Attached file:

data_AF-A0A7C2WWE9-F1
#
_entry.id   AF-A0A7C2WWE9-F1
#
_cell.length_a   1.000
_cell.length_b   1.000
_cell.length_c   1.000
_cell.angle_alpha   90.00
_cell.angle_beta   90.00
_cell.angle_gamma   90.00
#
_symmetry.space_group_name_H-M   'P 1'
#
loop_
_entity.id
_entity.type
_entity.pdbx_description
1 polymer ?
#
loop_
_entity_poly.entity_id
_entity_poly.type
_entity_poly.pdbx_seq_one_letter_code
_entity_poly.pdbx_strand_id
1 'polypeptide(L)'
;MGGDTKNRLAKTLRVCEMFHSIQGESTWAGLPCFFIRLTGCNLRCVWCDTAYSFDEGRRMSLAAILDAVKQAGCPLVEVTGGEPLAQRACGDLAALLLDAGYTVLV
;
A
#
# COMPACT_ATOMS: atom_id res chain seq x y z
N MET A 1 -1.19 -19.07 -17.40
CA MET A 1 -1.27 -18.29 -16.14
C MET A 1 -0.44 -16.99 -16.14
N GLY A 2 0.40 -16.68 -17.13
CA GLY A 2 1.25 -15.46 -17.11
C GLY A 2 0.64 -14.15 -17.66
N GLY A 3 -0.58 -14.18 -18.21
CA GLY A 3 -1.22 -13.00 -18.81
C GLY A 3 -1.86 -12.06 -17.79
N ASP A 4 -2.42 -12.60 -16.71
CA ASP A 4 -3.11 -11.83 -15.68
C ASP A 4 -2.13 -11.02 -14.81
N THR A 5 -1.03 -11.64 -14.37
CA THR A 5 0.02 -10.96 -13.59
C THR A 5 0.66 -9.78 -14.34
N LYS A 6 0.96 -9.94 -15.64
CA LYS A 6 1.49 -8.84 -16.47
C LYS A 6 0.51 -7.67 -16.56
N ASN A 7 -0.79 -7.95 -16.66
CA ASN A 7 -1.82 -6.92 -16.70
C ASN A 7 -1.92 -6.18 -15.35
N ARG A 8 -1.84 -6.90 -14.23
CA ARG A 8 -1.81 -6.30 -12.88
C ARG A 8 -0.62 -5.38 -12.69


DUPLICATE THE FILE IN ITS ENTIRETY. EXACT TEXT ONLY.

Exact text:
data_AF-A0A7C2WWE9-F1
#
_entry.id   AF-A0A7C2WWE9-F1
#
_cell.length_a   1.000
_cell.length_b   1.000
_cell.length_c   1.000
_cell.angle_alpha   90.00
_cell.angle_beta   90.00
_cell.angle_gamma   90.00
#
_symmetry.space_group_name_H-M   'P 1'
#
loop_
_entity.id
_entity.type
_entity.pdbx_description
1 polymer ?
#
loop_
_entity_poly.entity_id
_entity_poly.type
_entity_poly.pdbx_seq_one_letter_code
_entity_poly.pdbx_strand_id
1 'polypeptide(L)'
;MGGDTKNRLAKTLRVCEMFHSIQGESTWAGLPCFFIRLTGCNLRCVWCDTAYSFDEGRRMSLAAILDAVKQAGCPLVEVTGGEPLAQRACGDLAALLLDAGYTVLV
;
A
#
# COMPACT_ATOMS: atom_id res chain seq x y z
N MET A 1 -1.19 -19.07 -17.40
CA MET A 1 -1.27 -18.29 -16.14
C MET A 1 -0.44 -16.99 -16.14
N GLY A 2 0.40 -16.68 -17.13
CA GLY A 2 1.25 -15.46 -17.11
C GLY A 2 0.64 -14.15 -17.66
N GLY A 3 -0.58 -14.18 -18.21
CA GLY A 3 -1.22 -13.00 -18.81
C GLY A 3 -1.86 -12.06 -17.79
N ASP A 4 -2.42 -12.60 -16.71
CA ASP A 4 -3.11 -11.83 -15.68
C ASP A 4 -2.13 -11.02 -14.81
N THR A 5 -1.03 -11.64 -14.37
CA THR A 5 0.02 -10.96 -13.59
C THR A 5 0.66 -9.78 -14.34
N LYS A 6 0.96 -9.94 -15.64
CA LYS A 6 1.49 -8.84 -16.47
C LYS A 6 0.51 -7.67 -16.56
N ASN A 7 -0.79 -7.95 -16.66
CA ASN A 7 -1.82 -6.92 -16.70
C ASN A 7 -1.92 -6.18 -15.35
N ARG A 8 -1.84 -6.90 -14.23
CA ARG A 8 -1.81 -6.30 -12.88
C ARG A 8 -0.62 -5.38 -12.69